What are the benefits of using parameterized log messages?

When creating a program in Java, we are mostly, if not always, add logging mechanism in our program. This log can be use to add debug information to our program, which can help us when problem occurs in our program. We usually add log message to the start of our methods to show the value of input parameters, or at the end of the methods before exiting to show the process results. We also add log information in the catch block of the try-catch statement to log messages related to exception that occurs in our program.

Here’s an example to illustrate the difference:

Concatenation approach:

logger.info("User " + username + " logged in at " + loginTime);

Parameterized approach:

logger.info("User {} logged in at {}", username, loginTime);

In Java, using parameterized log messages instead of concatenation offers several benefits:


Parameterized log messages can improve performance compared to string concatenation. When you concatenate strings, the JVM creates a new string object each time, which can lead to unnecessary memory allocation and garbage collection overhead. Parameterized messages, on the other hand, only evaluate the placeholders when the log message is actually logged, which can reduce memory usage and improve performance.


Parameterized log messages often result in cleaner and more readable code. By separating the log message template from the actual values, it’s easier to understand the intent of the log message and identify the dynamic values being logged.

Internationalization (i18n) and Localization (l10n)

Parameterized log messages make it easier to support internationalization and localization efforts. Since the placeholders in the log message template remain the same regardless of the language, translators can focus solely on translating the template and not worry about the dynamic values.

Prevention of unnecessary string manipulation

When concatenating strings for log messages, you may inadvertently perform unnecessary string manipulation operations (e.g., converting non-string values to strings). With parameterized messages, these operations are only performed if the log message is actually logged, reducing unnecessary computation.

Avoidance of potential formatting issues

When concatenating strings, you may encounter formatting issues, especially if the dynamic values contain special characters or formatting codes. Parameterized messages handle formatting automatically, ensuring that the logged values are properly formatted according to their data types.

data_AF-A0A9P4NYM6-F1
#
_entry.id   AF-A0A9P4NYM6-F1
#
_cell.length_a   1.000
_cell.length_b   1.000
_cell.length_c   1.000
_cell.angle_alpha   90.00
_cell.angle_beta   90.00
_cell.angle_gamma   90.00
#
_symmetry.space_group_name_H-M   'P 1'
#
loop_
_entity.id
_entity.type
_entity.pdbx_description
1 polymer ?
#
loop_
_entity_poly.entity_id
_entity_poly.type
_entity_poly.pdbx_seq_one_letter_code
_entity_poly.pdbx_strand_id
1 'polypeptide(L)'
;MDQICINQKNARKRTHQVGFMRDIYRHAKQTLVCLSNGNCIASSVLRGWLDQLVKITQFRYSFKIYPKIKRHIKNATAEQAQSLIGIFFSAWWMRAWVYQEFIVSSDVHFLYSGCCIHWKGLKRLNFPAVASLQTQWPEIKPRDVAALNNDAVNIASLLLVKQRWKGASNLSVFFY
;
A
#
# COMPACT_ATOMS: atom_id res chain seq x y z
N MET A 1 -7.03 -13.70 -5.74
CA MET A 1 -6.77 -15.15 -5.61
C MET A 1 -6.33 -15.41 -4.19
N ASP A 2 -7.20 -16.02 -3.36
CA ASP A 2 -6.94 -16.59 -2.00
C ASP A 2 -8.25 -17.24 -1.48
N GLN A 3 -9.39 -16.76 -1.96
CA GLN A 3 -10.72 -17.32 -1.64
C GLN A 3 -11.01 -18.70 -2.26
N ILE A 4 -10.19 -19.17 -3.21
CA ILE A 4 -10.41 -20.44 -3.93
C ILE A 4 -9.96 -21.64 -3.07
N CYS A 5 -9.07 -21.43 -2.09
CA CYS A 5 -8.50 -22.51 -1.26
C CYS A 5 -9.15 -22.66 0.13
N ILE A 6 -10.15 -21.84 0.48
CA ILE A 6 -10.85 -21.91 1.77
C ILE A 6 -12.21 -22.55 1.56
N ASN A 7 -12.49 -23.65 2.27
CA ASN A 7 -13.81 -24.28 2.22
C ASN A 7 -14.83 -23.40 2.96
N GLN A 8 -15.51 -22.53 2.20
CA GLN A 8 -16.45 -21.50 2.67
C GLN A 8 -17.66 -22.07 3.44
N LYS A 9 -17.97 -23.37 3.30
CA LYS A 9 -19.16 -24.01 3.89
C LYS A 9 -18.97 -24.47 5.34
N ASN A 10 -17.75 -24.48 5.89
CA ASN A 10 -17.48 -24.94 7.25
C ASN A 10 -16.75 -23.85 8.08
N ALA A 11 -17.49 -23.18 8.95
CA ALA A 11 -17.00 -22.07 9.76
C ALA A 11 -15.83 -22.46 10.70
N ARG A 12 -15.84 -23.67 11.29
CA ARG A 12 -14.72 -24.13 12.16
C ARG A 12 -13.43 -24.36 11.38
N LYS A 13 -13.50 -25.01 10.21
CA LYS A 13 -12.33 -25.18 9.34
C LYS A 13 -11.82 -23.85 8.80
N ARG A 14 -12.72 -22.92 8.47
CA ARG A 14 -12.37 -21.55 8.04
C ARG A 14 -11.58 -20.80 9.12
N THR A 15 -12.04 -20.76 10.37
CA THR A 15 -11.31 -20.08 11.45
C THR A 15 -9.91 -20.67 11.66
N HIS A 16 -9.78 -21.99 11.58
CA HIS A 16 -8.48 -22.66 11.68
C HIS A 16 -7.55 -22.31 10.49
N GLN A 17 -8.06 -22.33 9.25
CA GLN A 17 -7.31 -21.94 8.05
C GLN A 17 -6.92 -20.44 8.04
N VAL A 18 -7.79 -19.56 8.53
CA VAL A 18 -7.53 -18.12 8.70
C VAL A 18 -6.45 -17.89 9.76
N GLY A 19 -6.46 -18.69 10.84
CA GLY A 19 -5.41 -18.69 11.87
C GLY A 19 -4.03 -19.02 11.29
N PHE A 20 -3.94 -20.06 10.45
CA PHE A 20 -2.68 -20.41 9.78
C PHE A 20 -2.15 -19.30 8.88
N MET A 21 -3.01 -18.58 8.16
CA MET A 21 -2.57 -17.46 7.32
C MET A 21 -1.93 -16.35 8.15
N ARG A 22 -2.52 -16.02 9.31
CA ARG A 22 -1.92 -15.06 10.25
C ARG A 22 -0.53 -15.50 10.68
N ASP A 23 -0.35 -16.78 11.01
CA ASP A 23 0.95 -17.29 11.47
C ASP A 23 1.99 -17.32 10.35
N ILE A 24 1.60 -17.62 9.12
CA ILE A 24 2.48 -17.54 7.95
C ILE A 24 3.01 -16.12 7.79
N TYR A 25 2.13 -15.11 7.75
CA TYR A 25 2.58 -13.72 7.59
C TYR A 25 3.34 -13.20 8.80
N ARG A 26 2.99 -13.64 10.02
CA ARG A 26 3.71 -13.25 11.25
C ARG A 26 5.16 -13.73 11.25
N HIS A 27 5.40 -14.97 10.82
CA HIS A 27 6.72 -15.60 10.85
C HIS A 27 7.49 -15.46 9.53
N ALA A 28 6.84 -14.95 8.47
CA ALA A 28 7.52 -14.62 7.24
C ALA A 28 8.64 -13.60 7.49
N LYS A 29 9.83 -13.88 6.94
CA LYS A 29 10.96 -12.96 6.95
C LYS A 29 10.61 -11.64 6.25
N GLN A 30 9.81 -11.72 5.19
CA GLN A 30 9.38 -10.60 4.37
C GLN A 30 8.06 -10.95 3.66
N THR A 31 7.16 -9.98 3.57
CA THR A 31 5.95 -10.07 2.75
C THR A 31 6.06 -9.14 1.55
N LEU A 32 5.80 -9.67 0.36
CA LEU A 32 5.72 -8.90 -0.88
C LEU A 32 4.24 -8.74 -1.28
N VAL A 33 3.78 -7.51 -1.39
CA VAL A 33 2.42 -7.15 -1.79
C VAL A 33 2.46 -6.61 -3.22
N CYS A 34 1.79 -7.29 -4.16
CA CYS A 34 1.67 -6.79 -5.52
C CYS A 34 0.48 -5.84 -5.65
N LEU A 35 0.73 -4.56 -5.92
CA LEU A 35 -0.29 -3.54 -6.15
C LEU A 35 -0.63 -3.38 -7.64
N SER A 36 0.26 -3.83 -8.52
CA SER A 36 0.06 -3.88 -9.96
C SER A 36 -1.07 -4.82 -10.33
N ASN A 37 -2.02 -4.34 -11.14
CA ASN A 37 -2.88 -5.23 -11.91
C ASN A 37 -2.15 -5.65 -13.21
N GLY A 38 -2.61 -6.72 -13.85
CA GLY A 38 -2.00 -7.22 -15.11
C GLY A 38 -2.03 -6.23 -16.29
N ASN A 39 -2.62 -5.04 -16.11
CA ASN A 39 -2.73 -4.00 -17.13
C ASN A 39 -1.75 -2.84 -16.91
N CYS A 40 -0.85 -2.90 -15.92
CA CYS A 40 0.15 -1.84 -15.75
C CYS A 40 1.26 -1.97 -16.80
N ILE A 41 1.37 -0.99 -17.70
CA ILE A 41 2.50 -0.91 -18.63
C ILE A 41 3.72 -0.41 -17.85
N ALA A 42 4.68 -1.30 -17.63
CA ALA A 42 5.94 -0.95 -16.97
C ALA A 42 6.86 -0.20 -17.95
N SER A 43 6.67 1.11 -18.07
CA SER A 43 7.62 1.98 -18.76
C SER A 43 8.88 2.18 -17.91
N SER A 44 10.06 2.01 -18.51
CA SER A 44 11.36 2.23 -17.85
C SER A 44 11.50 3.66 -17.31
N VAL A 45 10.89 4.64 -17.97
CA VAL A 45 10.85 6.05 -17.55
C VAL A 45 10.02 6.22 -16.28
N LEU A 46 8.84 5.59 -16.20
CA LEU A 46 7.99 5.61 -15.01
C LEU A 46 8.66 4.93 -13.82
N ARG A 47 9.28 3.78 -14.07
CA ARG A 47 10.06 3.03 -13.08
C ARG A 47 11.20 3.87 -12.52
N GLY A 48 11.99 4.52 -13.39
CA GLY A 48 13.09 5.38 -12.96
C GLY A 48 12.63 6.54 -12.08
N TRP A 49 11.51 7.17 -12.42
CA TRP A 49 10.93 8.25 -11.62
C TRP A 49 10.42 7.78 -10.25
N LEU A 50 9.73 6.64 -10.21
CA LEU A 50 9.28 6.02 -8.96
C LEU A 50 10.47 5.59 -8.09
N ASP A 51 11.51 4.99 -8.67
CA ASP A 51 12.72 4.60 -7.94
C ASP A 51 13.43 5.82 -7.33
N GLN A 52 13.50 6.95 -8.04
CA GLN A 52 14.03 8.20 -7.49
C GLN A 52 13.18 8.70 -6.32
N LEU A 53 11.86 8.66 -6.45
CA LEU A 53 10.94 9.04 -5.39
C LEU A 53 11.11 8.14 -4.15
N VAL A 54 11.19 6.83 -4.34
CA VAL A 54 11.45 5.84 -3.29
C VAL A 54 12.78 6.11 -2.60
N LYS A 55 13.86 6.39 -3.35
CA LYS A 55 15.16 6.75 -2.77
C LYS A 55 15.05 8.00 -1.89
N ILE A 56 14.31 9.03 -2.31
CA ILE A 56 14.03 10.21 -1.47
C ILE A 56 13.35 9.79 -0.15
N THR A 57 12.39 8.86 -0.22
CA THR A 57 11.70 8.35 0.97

Overall, using parameterized log messages can lead to more efficient, readable, and maintainable code in Java logging practices.

Below is another ilustration of adding log messages in our program:

package org.kodejava.util.logging;

import java.util.logging.Level;
import java.util.logging.Logger;

public class ExampleLogger {

    private static final Logger logger = Logger.getLogger(ExampleLogger.class.getName());

    public void performLogin(String username, String loginTime) {
        // Simulate login process
        boolean loginSuccessful = true; // Assume login is successful for demonstration

        if (loginSuccessful) {
            // Log successful login using parameterized message
            logger.log(Level.INFO, "User {0} logged in at {1}", new Object[]{username, loginTime});
        } else {
            // Log failed login using parameterized message
            logger.log(Level.WARNING, "Failed login attempt for user {0} at {1}", new Object[]{username, loginTime});

    public static void main(String[] args) {
        ExampleLogger exampleLogger = new ExampleLogger();
        exampleLogger.performLogin("john_doe", "2024-06-08 10:00:00");

In this example:

  • We define a performLogin method that simulates a user login process. The method takes username and loginTime as parameters.
  • Inside the method, we set a boolean variable loginSuccessful to true for demonstration purposes (assuming the login is successful).
  • We then use the java.util.logging.Logger class to log the login event. We use parameterized log messages with placeholders {0} and {1} for username and loginTime, respectively.
  • Depending on whether the login is successful or not, we log the event at different levels (INFO for successful login and WARNING for failed login).
  • In the main method, we create an instance of ExampleLogger and call the performLogin method with sample values for username and loginTime.

This example demonstrates the usage of parameterized log messages in a complete method for logging login events in Java.


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